BlueSky ransomware is an emerging threat that researchers have been paying increasing attention to since its initial discovery in late June 2022. The ransomware has been observed being spread via trojanized downloads from questionable websites as well as in phishing emails.
Although infections at this time remain low, the ransomware’s characteristics, described below, suggest it has been carefully developed for a sustained campaign. In this post, we cover the latest intelligence on BlueSky ransomware to help security teams defend against this developing threat.
Emergence of BlueSky Ransomware
At present, BlueSky has not stood up a public data leak site and BTC wallets associated with known samples have not registered any transactions, indicating that the threat actor’s distribution campaign is still in its infancy.
Initial delivery vectors seen to date include trojanized downloads from websites hosting “cracks” and “keygens” as well as malicious attachments delivered via email. Some observed mechanisms include delivery via third-party frameworks such as Cobalt Strike and BRc4.
Upon infection, BlueSky uses fast encryption techniques to rapidly process files on the target and connected hosts. The ransomware has the ability to move laterally via SMB and has been observed doing so in Active Directory environments. Encrypted files will be marked with the
.bluesky extension. Victims are instructed to contact the attackers via a TOR-based portal to obtain a decrypter.
A multi-stage attack leading to a BlueSky infection was documented by Germán Fernández in early July.
Interesting, cracks/activators site distributes Powershell that installs #RemcosRAT (C2: 126.96.36.199:2807).
— Germán Fernández (@1ZRR4H) July 2, 2022
Fernández tweeted details around an infection chain that, depending on the client, resembles JuicyPotato, exploiting an elevation of privilege flaw (CVE-2022-21882) in Microsoft Windows and a remote code execution vulnerability (CVE-2020-0796) in Microsoft Server Message Block (SMB), before dropping the BlueSky ransomware.
The use of trojanized downloads was documented by CloudSEK. Trojanized downloads of BlueSky ransomware were briefly made available via a website known to host questionable executables such as application “cracks” and “keygens”, license generators for software products such as Windows 10.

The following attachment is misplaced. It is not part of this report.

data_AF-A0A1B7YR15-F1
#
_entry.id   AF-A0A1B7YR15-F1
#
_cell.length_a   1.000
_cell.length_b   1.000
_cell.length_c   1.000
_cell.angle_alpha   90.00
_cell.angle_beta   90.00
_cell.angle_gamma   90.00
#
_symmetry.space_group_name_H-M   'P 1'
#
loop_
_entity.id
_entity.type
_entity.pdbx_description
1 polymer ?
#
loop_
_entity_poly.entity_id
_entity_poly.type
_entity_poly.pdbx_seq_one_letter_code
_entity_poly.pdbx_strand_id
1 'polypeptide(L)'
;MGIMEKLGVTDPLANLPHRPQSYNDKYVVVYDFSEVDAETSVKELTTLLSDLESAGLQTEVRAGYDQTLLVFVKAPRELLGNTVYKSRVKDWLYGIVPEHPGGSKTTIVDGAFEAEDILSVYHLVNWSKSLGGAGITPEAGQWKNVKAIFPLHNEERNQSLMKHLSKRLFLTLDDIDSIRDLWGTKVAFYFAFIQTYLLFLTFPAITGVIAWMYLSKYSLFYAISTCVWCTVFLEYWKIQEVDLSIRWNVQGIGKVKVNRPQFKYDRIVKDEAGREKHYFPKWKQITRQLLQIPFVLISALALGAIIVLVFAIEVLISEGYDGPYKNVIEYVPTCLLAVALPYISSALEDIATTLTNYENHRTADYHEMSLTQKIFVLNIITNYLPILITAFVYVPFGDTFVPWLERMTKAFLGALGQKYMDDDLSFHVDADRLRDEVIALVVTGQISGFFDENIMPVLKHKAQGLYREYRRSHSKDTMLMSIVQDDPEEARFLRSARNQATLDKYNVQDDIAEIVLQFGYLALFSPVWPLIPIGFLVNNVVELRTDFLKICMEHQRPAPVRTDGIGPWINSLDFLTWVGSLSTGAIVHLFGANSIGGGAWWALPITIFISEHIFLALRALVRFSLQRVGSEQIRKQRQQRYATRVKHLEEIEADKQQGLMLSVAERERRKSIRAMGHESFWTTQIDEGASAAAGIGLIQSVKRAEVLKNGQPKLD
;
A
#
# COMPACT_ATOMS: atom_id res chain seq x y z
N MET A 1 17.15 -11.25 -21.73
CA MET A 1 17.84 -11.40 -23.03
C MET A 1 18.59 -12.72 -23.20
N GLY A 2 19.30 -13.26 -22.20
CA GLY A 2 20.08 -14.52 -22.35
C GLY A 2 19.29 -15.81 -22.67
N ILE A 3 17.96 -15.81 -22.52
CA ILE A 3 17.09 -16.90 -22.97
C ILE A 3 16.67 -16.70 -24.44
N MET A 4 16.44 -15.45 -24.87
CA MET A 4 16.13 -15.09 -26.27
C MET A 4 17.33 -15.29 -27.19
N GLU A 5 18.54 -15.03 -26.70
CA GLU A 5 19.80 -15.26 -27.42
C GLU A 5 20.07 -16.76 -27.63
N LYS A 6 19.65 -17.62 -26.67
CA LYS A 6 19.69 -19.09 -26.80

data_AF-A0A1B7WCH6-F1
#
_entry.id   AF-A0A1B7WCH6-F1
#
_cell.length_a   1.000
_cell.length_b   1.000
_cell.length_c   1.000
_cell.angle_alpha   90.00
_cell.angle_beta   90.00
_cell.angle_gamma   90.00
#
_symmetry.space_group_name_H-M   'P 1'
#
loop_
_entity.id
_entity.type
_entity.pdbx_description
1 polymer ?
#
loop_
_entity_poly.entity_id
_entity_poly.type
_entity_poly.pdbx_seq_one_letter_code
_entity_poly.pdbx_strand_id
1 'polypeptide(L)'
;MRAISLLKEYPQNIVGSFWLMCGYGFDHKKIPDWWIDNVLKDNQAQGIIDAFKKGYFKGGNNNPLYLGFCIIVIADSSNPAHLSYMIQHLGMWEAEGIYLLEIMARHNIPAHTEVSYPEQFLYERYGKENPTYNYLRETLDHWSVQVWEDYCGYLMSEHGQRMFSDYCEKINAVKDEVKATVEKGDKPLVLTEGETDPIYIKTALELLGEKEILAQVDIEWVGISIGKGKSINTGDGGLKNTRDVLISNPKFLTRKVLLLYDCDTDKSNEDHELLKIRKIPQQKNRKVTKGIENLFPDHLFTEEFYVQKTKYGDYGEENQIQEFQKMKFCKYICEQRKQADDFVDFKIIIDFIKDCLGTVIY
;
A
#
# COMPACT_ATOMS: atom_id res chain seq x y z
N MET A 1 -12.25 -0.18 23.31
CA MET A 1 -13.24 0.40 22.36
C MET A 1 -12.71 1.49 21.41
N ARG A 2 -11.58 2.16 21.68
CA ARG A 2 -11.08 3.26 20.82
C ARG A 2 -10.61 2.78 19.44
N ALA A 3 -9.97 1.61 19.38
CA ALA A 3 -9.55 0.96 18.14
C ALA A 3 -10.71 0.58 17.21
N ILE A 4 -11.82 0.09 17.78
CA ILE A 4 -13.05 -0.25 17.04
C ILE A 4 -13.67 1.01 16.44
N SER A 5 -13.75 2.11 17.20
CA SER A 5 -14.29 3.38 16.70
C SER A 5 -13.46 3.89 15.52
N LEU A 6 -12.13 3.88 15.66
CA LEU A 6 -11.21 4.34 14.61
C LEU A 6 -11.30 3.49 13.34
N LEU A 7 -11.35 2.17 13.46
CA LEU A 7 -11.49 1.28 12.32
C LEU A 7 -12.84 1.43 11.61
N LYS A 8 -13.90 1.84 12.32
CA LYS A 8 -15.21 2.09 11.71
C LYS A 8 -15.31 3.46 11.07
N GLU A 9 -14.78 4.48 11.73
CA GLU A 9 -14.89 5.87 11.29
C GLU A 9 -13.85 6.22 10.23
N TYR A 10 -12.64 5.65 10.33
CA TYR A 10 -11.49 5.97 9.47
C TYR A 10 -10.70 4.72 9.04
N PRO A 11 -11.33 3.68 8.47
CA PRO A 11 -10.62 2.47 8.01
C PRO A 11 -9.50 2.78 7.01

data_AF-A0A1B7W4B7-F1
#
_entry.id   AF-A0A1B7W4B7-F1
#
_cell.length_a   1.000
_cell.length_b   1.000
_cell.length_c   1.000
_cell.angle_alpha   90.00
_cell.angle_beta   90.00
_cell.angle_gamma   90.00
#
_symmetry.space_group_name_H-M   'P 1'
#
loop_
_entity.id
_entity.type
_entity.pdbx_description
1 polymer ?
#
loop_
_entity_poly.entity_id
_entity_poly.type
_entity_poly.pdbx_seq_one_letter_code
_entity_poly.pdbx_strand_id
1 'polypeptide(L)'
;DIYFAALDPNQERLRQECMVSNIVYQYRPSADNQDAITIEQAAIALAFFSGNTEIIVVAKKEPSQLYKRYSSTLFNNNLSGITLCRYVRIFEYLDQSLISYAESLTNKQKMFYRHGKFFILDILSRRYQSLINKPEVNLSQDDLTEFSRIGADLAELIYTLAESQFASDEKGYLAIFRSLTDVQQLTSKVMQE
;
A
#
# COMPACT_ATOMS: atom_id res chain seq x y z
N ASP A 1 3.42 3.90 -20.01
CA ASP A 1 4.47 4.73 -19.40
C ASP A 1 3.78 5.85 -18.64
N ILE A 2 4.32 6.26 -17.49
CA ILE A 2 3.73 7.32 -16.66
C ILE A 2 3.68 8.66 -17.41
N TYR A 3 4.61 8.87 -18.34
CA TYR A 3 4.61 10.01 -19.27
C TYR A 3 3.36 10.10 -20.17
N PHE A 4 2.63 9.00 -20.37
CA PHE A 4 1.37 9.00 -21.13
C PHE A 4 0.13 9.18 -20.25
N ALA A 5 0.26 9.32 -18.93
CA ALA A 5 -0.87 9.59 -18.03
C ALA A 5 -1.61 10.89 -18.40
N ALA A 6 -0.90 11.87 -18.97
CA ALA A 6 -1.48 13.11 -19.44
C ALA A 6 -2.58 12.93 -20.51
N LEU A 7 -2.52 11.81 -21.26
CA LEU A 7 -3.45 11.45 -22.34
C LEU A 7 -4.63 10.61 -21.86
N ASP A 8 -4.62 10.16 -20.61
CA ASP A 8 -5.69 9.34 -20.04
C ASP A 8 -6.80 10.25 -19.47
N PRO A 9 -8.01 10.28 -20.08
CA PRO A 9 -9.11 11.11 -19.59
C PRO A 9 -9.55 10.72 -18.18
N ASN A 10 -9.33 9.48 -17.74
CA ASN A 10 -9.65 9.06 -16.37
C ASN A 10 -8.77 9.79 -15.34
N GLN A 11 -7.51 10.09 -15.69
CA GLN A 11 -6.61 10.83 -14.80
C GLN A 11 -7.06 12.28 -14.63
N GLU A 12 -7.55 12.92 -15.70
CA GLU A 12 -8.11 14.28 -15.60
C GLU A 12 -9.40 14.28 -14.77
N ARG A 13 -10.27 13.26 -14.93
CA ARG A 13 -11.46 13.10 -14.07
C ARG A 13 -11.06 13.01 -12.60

One such site was observed being hosted at
kmsauto[.]us. The following list of malicious URLs were recorded as hosting BlueSky ransomware payloads. Note the redundant use of both HTTP and HTTPS.
http[:]//kmsauto[.]us/alguien/l.exe http[:]//kmsauto[.]us/alguien/potato.exe http[:]//kmsauto[.]us/alguien/spooler.exe http[:]//kmsauto[.]us/off/off.bin http[:]//kmsauto[.]us/someone/ghost.exe http[:]//kmsauto[.]us/someone/I.exe http[:]//kmsauto[.]us/someone/potato.exe http[:]//kmsauto[.]us/sti/sti.bin https[:]//kmsauto[.]us/alguien/l.exe https[:]//kmsauto[.]us/alguien/spooler.exe https[:]//kmsauto[.]us/ekonomika/ https[:]//kmsauto[.]us/someone/l.exe https[:]//kmsauto[.]us/someone/potato.exe https[:]//kmsauto[.]us/someone/start.ps1 https[:]//kmsauto[.]us/v-mire/
BlueSky Ransomware Technical Details
The first stage of a BlueSky ransomware infection involves a compressed, base64-encoded PowerShell script,
start.ps1. On execution, the script produces a further PowerShell script,
stage.ps1 is run without administrator privileges, it first seeks to elevate privileges through CVE-2021-1732 or CVE-2022-21882.